White sapote, Casimiroa edulis, also known as cochitzapotl in the Nahuatl language (meaning '"sleep-sapote") is a species of tropical fruiting tree in the family Rutaceae, native to eastern Mexico and Central America south to Costa Rica.
Mature Casimiroa edulis trees range from 5–16 metres (16–52 ft) tall and are evergreen. The leaves are alternate, palmately compound with 3–5 leaflets, the leaflets 6–13 cm long and 2.5–5 cm broad with an entire margin, and the leaf petiole 10–15 cm long.
The fruit is an ovoid drupe, 5–10 cm in diameter, with a thin, inedible skin turning from green to yellow when ripe, and an edible pulp, which can range in flavor from bland to banana-like to peach to pear to vanilla flan.photo 1photo 2photo 3 The pulp can be creamy-white in green skin varieties or a beige-yellow in yellow skin varieties and has a smooth texture similar to ripe avocado. It contains from one to five seeds that are said to have narcotic properties.
In the past 40 years, experiments have been carried out on the white sapote's seeds that have yielded the identity of many pharmacologically active compounds, including: N-methylhistamine, N,N-dimethylhistamine and histamine. It also contains 2′,5,6-Trimethoxyflavone, 2′,5,6,7-tetramethoxyflavone (zapotin) and 5-hydroxy-2′,6,7-trimethoxyflavone (zapotinin).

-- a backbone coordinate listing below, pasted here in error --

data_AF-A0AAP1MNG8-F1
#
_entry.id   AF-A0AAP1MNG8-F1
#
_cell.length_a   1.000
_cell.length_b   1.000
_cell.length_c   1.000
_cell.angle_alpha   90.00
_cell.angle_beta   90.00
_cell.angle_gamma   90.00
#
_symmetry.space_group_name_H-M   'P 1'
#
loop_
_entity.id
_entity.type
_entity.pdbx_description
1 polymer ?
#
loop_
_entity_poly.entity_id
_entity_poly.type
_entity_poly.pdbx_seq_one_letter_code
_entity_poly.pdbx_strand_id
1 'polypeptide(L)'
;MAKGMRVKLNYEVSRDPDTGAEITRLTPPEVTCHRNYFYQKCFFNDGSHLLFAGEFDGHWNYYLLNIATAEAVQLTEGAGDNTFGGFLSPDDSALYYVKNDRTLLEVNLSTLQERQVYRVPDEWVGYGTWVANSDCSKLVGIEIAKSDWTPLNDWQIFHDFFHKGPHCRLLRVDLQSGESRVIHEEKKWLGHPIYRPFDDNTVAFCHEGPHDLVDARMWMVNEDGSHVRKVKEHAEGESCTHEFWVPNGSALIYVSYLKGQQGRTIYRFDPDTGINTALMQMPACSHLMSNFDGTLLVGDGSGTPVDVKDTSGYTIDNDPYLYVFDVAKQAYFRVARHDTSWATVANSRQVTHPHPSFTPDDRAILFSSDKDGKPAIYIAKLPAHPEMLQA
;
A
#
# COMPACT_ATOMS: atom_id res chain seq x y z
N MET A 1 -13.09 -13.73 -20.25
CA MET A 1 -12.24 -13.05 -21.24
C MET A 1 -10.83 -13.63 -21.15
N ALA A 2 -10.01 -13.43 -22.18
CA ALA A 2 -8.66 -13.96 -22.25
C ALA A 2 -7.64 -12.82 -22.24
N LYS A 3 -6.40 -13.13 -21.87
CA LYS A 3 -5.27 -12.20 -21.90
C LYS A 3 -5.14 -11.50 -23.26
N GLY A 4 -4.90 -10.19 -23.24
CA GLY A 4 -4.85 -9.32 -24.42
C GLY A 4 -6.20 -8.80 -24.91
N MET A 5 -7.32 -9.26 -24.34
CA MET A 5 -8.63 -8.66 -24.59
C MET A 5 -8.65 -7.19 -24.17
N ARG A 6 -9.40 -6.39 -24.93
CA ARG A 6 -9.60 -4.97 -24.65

Eating the fruit has long been known to produce drowsiness, as noted by Francisco Hernández de Toledo in the 16th century. Europeans were not the first to note this quality; the Nahuatl name of the plant itself is a record of the fact that people knew the plant induced drowsiness.
Unlike the mamey sapote, white sapote is a member of the family Rutaceae, to which citrus belongs. The black sapote is also unrelated and is actually a species of persimmon. This confusion may be because "sapote" comes from the Nahuatl (Aztec) word tzapotl, used to describe all soft, sweet fruit. Commonly grown in Northern New South Wales, Australia, and often mistaken for a persimmon, although these two fruits are unrelated.
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- "Casimiroa edulis". Germplasm Resources Information Network. United States Department of Agriculture. 1997-05-22. Retrieved 2009-02-06.
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